1. Your UK insurance already provides third-party cover
All UK vehicle insurance offers third-party cover in the EU, Andorra, Iceland, Liechtenstein, Norway, Serbia and Switzerland.
2. You need an insurance ‘green card’ to prove your policy
If you don’t have your insurance green card already, then you can get in touch with your insurer and have one sent to you. There’s even an option from some to download it from the Internet and print it yourself, which is great when you’re arranging it in a hurry.
3. You need additional green cards for extra vehicles
If you’re running a fleet, or towing a trailer or caravan, you’ll need a separate green card for those. The basic rule is that you need one green card per insurance policy that you are carrying.
4. You will very likely need to show your green card
This isn’t just a document to tuck away because you won’t need it. When you reach the border of each country, you will likely have to show it. If the police stop you to check your documents, that will be one of them, too. Finally, you’ll need it in the event of an accident.
Vehicle Documents & Trailers
When you’re driving in the EU for a short-term period — defined as fewer than 12 months — then we recommend that you take one of the following two registration documents with you:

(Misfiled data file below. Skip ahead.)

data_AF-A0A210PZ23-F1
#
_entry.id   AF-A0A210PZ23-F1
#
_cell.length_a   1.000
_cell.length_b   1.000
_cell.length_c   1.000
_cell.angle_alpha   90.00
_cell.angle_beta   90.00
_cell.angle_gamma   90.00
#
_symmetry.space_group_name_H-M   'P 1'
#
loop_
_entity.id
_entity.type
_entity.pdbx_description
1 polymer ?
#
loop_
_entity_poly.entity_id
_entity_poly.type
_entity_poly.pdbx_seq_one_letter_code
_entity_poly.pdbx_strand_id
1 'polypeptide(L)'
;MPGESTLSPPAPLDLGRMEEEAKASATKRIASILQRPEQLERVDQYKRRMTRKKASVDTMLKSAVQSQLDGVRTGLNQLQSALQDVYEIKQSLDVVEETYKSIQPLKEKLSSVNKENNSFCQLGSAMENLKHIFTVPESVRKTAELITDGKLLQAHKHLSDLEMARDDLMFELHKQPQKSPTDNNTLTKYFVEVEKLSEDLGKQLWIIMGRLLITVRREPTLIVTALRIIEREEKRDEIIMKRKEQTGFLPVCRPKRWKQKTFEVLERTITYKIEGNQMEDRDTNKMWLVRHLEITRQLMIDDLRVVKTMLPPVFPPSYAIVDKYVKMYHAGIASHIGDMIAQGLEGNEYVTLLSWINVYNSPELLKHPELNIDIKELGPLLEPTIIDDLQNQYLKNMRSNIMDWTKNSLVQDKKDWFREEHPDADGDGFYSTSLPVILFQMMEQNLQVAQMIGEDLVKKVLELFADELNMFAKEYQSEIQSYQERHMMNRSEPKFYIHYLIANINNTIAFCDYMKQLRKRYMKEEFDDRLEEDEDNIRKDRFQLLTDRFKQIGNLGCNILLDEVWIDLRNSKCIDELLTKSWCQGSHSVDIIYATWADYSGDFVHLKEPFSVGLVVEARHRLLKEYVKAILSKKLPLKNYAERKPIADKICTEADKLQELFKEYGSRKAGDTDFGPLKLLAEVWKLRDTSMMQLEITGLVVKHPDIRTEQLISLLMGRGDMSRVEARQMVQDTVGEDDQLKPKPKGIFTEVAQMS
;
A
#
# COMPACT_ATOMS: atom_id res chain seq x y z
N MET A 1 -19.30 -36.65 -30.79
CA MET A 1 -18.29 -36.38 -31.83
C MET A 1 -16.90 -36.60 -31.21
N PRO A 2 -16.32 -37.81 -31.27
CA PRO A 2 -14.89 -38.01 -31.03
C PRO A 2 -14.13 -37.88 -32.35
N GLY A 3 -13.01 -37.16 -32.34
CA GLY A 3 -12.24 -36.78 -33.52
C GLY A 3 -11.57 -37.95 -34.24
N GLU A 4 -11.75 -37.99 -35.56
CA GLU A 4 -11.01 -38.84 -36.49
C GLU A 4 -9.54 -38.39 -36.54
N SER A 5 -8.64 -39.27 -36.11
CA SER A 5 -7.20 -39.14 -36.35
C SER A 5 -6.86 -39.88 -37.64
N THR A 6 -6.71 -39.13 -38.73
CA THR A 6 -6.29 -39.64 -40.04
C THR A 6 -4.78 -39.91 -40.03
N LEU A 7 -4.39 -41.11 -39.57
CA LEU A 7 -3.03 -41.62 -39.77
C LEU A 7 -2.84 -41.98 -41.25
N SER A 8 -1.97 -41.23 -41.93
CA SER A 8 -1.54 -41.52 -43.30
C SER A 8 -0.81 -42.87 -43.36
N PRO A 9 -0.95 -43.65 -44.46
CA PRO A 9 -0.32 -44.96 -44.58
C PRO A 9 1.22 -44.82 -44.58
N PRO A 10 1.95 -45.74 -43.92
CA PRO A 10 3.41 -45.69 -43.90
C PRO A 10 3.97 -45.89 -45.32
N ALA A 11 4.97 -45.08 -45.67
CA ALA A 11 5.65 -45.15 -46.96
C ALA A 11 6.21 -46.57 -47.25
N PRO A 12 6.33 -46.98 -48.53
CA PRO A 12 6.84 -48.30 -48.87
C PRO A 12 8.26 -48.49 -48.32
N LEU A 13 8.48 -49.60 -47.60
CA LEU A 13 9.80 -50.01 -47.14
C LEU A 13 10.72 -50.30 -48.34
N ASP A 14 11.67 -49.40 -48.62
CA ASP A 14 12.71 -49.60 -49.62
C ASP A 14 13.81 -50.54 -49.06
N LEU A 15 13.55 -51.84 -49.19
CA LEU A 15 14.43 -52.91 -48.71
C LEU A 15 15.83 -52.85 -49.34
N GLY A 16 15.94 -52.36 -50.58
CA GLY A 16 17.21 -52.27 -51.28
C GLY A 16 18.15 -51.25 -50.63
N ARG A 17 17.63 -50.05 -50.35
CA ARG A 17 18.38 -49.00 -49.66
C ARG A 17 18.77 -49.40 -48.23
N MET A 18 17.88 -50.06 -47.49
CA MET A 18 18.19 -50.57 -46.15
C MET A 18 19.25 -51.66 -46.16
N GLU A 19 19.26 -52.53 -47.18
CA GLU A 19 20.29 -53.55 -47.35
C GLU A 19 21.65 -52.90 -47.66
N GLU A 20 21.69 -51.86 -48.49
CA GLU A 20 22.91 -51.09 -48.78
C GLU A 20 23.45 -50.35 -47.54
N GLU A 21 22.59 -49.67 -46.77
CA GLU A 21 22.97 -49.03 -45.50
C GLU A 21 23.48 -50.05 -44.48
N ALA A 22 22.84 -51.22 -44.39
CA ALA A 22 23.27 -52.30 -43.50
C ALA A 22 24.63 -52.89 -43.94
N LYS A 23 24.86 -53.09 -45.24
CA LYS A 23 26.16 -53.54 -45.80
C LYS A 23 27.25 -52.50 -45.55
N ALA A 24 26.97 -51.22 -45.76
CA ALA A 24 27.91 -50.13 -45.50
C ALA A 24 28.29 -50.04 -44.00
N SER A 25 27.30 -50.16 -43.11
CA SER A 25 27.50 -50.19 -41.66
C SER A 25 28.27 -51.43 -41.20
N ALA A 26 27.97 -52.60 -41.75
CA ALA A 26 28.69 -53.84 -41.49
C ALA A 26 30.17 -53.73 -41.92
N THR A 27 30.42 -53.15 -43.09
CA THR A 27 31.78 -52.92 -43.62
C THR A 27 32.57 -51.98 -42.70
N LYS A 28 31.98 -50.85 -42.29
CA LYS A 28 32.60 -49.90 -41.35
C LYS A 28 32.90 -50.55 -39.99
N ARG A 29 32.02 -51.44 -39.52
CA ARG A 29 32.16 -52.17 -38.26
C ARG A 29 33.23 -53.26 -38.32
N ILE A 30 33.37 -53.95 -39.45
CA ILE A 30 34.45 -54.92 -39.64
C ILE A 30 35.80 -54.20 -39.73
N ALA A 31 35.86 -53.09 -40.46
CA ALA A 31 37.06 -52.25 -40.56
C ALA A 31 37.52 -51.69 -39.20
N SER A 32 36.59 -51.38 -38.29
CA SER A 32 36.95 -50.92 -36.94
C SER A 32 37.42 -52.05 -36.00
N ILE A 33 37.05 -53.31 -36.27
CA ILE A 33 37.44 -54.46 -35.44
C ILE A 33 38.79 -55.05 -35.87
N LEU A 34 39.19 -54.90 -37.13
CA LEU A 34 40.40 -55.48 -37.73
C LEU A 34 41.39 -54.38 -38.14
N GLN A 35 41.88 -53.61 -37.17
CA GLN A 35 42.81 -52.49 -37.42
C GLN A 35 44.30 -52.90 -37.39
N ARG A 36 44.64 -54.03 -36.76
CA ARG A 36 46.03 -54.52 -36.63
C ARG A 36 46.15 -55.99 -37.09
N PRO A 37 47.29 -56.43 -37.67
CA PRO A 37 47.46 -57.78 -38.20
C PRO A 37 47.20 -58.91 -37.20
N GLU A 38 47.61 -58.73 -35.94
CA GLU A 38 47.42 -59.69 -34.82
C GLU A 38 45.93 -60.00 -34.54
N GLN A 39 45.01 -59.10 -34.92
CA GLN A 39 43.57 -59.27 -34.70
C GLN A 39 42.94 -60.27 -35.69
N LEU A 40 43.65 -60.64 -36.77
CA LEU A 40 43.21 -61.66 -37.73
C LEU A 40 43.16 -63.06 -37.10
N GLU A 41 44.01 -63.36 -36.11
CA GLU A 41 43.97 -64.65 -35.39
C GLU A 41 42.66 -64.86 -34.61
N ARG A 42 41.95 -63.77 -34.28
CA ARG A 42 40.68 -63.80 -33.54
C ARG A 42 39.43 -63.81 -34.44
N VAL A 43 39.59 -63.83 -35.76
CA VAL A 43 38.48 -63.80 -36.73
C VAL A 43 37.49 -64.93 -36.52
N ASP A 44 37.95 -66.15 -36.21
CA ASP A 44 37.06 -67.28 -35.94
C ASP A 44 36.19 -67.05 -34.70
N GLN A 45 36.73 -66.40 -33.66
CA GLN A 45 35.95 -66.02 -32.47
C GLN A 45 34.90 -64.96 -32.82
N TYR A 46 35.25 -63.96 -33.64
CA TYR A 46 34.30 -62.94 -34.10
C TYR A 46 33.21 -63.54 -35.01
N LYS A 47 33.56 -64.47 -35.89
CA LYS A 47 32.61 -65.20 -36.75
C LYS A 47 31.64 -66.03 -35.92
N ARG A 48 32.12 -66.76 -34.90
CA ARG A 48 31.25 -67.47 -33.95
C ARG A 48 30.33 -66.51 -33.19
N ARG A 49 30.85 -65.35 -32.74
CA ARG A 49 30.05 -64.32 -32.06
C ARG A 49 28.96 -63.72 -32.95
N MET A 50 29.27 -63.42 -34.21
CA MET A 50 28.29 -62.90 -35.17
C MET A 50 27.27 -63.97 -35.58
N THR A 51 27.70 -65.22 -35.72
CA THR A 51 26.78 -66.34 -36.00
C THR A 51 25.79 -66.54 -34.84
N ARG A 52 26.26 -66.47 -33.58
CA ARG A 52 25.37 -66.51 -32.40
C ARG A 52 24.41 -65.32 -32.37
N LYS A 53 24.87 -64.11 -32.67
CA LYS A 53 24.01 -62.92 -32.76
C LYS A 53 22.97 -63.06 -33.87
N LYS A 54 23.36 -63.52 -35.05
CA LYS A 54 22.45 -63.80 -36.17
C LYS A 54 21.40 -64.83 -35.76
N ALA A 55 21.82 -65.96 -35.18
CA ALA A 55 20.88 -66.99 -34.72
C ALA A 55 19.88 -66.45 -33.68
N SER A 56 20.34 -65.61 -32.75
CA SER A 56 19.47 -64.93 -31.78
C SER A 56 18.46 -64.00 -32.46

· Log Book (V5C)
· VE103 document – it proves your hired vehicle is permitted for international driving
The rules for both commercial and non-commercial trailers vary from country to country within the EU and also for non-EU countries. Visit the Gov.uk trailer registration page to learn which countries and territories require you to register your trailer for travel.
As a rule of thumb, the registration rules apply to commercial trailers more than 750kg in gross weight, and non-commercial trailers over 3,500kg in gross weight.
Number Plates and GB Stickers
Have a look at the number plates on your car. Does it already have the GB identifier on there with the Union flag? If so, you won’t need the GB sticker on your plates. You also won’t need one for driving in the Republic of Ireland.
You will, however, need a GB sticker clearly displayed on your number plate if you meet any of the following criteria: